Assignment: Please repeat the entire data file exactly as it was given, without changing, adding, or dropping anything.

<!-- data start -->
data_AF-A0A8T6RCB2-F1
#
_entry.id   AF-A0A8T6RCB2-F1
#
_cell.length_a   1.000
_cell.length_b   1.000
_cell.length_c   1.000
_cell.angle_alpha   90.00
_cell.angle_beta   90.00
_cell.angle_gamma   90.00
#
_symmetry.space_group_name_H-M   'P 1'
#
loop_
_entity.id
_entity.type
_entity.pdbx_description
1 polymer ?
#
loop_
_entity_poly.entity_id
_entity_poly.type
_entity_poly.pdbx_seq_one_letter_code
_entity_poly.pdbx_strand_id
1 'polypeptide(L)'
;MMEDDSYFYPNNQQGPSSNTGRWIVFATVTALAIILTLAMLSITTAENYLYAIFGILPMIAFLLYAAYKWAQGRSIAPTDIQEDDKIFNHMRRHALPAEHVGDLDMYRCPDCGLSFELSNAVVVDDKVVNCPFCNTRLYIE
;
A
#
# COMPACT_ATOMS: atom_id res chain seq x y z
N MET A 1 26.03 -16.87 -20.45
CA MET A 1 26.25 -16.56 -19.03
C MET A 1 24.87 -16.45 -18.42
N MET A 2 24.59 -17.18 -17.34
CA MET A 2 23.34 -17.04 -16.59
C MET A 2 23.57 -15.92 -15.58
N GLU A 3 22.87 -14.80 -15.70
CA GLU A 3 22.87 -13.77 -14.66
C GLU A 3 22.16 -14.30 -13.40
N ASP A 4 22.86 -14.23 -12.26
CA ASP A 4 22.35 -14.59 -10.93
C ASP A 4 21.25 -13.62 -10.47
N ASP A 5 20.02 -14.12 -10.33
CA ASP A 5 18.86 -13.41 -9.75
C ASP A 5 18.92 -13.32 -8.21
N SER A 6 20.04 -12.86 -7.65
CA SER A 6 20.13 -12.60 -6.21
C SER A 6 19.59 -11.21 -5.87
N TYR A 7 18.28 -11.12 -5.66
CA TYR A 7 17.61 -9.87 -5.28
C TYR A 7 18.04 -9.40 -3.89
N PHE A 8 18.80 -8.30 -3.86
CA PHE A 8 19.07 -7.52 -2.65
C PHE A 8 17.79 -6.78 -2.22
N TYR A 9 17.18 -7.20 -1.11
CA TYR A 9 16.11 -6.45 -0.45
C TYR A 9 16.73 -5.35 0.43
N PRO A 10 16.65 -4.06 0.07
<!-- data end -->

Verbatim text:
data_AF-A0A8T6RCB2-F1
#
_entry.id   AF-A0A8T6RCB2-F1
#
_cell.length_a   1.000
_cell.length_b   1.000
_cell.length_c   1.000
_cell.angle_alpha   90.00
_cell.angle_beta   90.00
_cell.angle_gamma   90.00
#
_symmetry.space_group_name_H-M   'P 1'
#
loop_
_entity.id
_entity.type
_entity.pdbx_description
1 polymer ?
#
loop_
_entity_poly.entity_id
_entity_poly.type
_entity_poly.pdbx_seq_one_letter_code
_entity_poly.pdbx_strand_id
1 'polypeptide(L)'
;MMEDDSYFYPNNQQGPSSNTGRWIVFATVTALAIILTLAMLSITTAENYLYAIFGILPMIAFLLYAAYKWAQGRSIAPTDIQEDDKIFNHMRRHALPAEHVGDLDMYRCPDCGLSFELSNAVVVDDKVVNCPFCNTRLYIE
;
A
#
# COMPACT_ATOMS: atom_id res chain seq x y z
N MET A 1 26.03 -16.87 -20.45
CA MET A 1 26.25 -16.56 -19.03
C MET A 1 24.87 -16.45 -18.42
N MET A 2 24.59 -17.18 -17.34
CA MET A 2 23.34 -17.04 -16.59
C MET A 2 23.57 -15.92 -15.58
N GLU A 3 22.87 -14.80 -15.70
CA GLU A 3 22.87 -13.77 -14.66
C GLU A 3 22.16 -14.30 -13.40
N ASP A 4 22.86 -14.23 -12.26
CA ASP A 4 22.35 -14.59 -10.93
C ASP A 4 21.25 -13.62 -10.47
N ASP A 5 20.02 -14.12 -10.33
CA ASP A 5 18.86 -13.41 -9.75
C ASP A 5 18.92 -13.32 -8.21
N SER A 6 20.04 -12.86 -7.65
CA SER A 6 20.13 -12.60 -6.21
C SER A 6 19.59 -11.21 -5.87
N TYR A 7 18.28 -11.12 -5.66
CA TYR A 7 17.61 -9.87 -5.28
C TYR A 7 18.04 -9.40 -3.89
N PHE A 8 18.80 -8.30 -3.86
CA PHE A 8 19.07 -7.52 -2.65
C PHE A 8 17.79 -6.78 -2.22
N TYR A 9 17.18 -7.20 -1.11
CA TYR A 9 16.11 -6.45 -0.45
C TYR A 9 16.73 -5.35 0.43
N PRO A 10 16.65 -4.06 0.07